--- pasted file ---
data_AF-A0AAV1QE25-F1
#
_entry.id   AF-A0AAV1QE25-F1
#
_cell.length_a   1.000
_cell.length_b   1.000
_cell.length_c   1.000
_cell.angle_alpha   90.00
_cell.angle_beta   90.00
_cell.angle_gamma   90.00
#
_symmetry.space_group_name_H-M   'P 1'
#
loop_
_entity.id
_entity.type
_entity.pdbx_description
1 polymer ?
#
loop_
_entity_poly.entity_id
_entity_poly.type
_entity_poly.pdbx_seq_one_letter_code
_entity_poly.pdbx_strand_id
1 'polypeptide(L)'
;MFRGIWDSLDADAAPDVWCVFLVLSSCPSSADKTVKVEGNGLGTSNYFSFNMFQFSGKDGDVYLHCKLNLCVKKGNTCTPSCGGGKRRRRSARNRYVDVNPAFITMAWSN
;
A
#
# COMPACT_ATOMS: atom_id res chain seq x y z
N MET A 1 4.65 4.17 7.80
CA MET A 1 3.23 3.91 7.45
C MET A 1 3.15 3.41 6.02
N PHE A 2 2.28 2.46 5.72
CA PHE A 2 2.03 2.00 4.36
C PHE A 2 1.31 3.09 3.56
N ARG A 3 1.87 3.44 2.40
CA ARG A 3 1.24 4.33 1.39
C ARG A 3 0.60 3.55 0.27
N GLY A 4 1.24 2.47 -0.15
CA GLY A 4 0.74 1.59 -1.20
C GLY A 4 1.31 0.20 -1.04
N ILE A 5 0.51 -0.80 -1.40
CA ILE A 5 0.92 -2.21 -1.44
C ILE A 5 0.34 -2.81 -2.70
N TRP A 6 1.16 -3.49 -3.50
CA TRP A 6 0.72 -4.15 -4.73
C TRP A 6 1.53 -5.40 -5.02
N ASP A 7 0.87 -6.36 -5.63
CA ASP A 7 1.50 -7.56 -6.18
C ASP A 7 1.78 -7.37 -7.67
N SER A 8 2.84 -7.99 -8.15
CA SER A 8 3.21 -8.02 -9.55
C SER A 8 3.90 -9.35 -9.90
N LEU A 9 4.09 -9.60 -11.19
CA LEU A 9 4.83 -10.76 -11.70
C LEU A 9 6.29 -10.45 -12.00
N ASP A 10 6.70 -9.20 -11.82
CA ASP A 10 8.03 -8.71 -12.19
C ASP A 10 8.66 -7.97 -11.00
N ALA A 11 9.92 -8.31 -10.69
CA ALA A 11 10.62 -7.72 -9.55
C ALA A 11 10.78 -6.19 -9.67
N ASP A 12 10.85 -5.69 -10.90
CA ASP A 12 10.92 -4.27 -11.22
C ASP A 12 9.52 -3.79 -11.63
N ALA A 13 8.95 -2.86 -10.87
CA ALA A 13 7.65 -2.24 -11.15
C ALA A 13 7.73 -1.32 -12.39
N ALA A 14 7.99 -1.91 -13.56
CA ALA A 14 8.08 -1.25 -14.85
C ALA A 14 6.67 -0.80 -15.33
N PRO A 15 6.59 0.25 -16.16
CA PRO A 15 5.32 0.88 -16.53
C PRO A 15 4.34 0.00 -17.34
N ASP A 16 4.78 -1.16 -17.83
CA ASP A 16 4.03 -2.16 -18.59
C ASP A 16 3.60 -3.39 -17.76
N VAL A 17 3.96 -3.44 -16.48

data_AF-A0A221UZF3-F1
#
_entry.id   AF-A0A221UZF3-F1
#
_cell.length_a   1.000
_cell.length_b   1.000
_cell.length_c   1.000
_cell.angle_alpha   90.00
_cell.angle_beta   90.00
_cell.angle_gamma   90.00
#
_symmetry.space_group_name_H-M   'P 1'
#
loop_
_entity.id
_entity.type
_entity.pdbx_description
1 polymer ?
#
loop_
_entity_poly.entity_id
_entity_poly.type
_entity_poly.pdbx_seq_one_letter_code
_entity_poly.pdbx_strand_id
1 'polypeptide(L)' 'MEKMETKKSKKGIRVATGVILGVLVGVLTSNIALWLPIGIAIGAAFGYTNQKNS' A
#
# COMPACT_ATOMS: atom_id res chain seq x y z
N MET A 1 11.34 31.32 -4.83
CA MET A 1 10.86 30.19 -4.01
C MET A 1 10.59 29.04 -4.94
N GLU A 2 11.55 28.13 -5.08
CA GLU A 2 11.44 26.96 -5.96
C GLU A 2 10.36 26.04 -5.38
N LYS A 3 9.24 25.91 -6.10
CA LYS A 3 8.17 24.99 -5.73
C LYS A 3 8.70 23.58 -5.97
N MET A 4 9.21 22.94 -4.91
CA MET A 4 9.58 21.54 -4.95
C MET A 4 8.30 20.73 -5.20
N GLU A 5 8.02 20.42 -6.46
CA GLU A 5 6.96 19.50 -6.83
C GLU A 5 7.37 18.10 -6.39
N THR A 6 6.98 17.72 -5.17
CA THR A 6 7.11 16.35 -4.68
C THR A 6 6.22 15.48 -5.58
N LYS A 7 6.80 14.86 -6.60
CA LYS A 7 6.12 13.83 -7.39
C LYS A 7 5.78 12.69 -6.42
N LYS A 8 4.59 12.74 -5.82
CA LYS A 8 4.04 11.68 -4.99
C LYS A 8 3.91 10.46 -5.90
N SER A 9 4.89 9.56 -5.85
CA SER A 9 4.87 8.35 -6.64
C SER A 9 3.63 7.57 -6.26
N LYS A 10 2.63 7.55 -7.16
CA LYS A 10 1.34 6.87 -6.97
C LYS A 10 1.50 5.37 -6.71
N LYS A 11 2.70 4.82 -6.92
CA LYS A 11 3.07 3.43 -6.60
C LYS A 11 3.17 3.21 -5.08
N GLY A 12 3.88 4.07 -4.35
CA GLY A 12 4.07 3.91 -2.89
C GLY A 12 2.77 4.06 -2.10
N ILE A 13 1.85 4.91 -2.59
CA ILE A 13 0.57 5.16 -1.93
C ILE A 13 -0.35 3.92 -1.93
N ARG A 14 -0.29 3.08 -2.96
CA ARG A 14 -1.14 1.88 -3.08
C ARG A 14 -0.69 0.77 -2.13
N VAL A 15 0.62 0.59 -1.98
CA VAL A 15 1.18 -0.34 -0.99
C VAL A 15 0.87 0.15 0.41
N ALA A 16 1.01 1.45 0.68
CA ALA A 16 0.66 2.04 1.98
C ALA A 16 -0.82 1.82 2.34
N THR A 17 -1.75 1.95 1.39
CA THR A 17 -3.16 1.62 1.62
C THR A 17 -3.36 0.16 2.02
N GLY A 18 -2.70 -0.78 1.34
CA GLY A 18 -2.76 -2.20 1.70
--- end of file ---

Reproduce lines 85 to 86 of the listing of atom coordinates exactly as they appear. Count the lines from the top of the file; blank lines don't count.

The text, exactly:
_cell.length_b   1.000
_cell.length_c   1.000